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Ex-Patriot Reveals How Bill Belichick Occasionally ‘Dehumanizes’ Players

NESN logo NESN 9/18/2019 Dakota Randall
a man wearing a hat and glasses: Dec 23, 2018; Foxborough, MA, USA; New England Patriots head coach Bill Belichick looks on during the second half against the Buffalo Bills at Gillette Stadium. Mandatory Credit: Winslow Townson-USA TODAY Sports Images © Provided by New England Sports Network L.P. Dec 23, 2018; Foxborough, MA, USA; New England Patriots head coach Bill Belichick looks on during the second half against the Buffalo Bills at Gillette Stadium. Mandatory Credit: Winslow Townson-USA TODAY Sports Images

To say Bill Belichick is the NFL's toughest man to figure out would be a huge understatement.

Notoriously grumpy and tight-lipped with the media, the New England Patriots head coach remains a total mystery at age 67. And while some of Belichick's players readily admit there is a softer, funnier side to their boss, there are also plenty of stories that paint the future Hall of Famer as, well, a jerk.

That brings us to Ted Johnson, who played 10 seasons for the Patriots, five of which came under the iron fist of Belichick.

During an appearance Wednesday on 98.5 The Sports Hub's "Toucher & Rich," Johnson explained how Belichick's cut-throat mentality often comes at the expense of personal relationships with his players.

"I know he can do bad-guy type of things, where it's inappropriate, crossing the line, where you're kind of dehumanizing the guy, to some degree," said Johnson, who added Belichick's coldness raises to a level higher than that of of his peers. " ... I just don't think other coaches have that killer mentality where they'll do whatever it takes -- step on a guy's throat, cross boundaries -- to do anything it takes to win. I just don't think other coaches are wired that way. I think Bill is. And Bill makes no apologies. ... I don't know how many friends he's made doing it the way he has."

Johnson did say that Belichick will reach out to players and admit when he's wrong, but that his motivations for doing so are somewhat questionable.

"If there's something that he's done to a player, where the player has a right to be upset, that potentially can expose him ... Malcolm Butler, he knows what happened, he knows exactly why he was benched (in Super Bowl LII). Malcolm Butler hasn't said anything, partly because he's still active in the NFL ... But what Bill will do, and he did this in the case of Malcolm Butler, is he reached out to Malcolm Butler. Malcolm Butler and Bill Belichick did connect after that Super Bowl. ... They worked things out, Bill smoothed things over with Malcolm."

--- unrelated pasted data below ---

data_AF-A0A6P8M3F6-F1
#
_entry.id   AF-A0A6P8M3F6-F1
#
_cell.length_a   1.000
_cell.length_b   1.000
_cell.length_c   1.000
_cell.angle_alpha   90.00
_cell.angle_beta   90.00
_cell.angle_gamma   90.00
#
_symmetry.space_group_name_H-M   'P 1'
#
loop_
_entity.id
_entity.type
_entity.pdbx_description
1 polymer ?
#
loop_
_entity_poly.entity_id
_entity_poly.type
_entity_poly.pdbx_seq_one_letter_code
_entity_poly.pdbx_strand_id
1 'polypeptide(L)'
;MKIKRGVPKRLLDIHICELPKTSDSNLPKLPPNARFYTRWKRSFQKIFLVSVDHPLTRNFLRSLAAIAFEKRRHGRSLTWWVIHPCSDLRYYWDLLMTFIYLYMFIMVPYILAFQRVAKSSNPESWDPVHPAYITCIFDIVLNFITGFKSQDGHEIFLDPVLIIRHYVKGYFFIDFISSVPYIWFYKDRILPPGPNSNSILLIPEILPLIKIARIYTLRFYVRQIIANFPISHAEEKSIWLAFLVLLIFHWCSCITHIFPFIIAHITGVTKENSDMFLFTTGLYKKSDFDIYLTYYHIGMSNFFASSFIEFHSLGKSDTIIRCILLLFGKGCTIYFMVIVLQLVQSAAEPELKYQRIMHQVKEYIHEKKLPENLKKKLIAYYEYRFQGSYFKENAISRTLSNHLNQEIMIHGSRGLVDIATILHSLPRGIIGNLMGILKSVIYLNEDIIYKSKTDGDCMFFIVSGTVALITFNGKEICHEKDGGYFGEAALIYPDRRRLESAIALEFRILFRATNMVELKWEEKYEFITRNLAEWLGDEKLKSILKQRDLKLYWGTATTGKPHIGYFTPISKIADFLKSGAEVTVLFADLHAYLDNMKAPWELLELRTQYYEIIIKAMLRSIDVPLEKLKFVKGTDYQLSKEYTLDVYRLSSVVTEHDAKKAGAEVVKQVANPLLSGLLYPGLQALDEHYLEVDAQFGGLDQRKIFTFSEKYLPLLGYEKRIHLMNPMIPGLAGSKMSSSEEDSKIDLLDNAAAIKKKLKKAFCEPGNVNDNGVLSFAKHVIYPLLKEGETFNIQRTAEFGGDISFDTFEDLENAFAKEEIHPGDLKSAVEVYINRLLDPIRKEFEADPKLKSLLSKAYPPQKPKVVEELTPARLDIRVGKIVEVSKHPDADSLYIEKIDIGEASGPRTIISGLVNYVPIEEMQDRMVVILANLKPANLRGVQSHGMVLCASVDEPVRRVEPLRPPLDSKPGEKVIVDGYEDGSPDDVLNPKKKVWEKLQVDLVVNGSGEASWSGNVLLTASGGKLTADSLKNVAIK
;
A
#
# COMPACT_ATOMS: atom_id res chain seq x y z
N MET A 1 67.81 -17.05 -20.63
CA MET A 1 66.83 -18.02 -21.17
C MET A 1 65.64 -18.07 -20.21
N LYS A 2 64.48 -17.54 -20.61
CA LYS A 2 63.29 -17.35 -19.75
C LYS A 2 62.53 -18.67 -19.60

While Johnson believes Belichick sometimes is genuine in his remorse, the three-time Super Bowl champ also believes Belichick oftentimes is looking to cover himself and prevent mutiny or public ridicule.

"It's definitely, maybe, a strategy of his."

This bit from Johnson is particularly fascinating:

"In my case, when I had my issues with him in 2002, it was not good. It was not a very good working environment," Johnson said. "It was very personal. It was a terrible time for me because I was just not mentally, 100 percent focused. I was just down on going to work and playing at the level I wanted to play at, and Bill saw that. Bill came to me Week 6 or 7 and extended the proverbial olive branch, if you will, and said, 'Ted, we gotta work this out.' He gave me some compliments, gave me some nice feedback on how I played. And it was like he was human at that moment, and it was the first time I'd ever seen that side of him, where he was holding himself accountable, wanting to work things out, it wasn't going well between us.

" ... And that was it. I was a captain the next year, and I didn't have any problems with Bill the rest of my career, because he did that. Bill holding himself accountable to the player and coming back, looping back around eventually to smooth things over with that player, is kind of a powerful exchange, if you will. And, my feeling is, that's what happened with Malcolm Butler, because Malcolm Butler potentially could potentially spill the beans and answer the question we're all dying to know."

Added Johnson: "He's got too much power. Bill Belichick is the greatest coach to eve coach, he's just got a lot of power and he's got tentacles and is far-reaching in his power. So, if you criticize Bill, players feel like there's a price to pay for that."

Johnson retired from football after the 2004 season, so the bulk of his experience with Belichick came nearly two decades ago. The 46-year-old believes Belichick has softened in the year's since, with Butler's benching against the Philadelphia Eagles -- and the subsequent lashing from Patriots fans -- serving as a major turning point.

"After that, it was such a public ... on the biggest stage, showing everybody what he's capable of doing," Johnson said. "So, the whole world saw it, and the fans, for the first time, questioned his decision-making. ... It had to impact him in some way. You just saw a more likable, more engaging, more engaging approachable type of head coach after that, with the players. It just seems that he's changed his attitude."

Johnson's testimony adds more color to a mostly grey portrait of a man who continues to defy explanation.

Has he given fans reasons to believe he's a genuinely good person at his core? Sure. However, there's just as much evidence suggesting that Belichick has a ton of rot in his personality, as well.

Related slideshow: The 2019 NFL Season (Provided by imagn)

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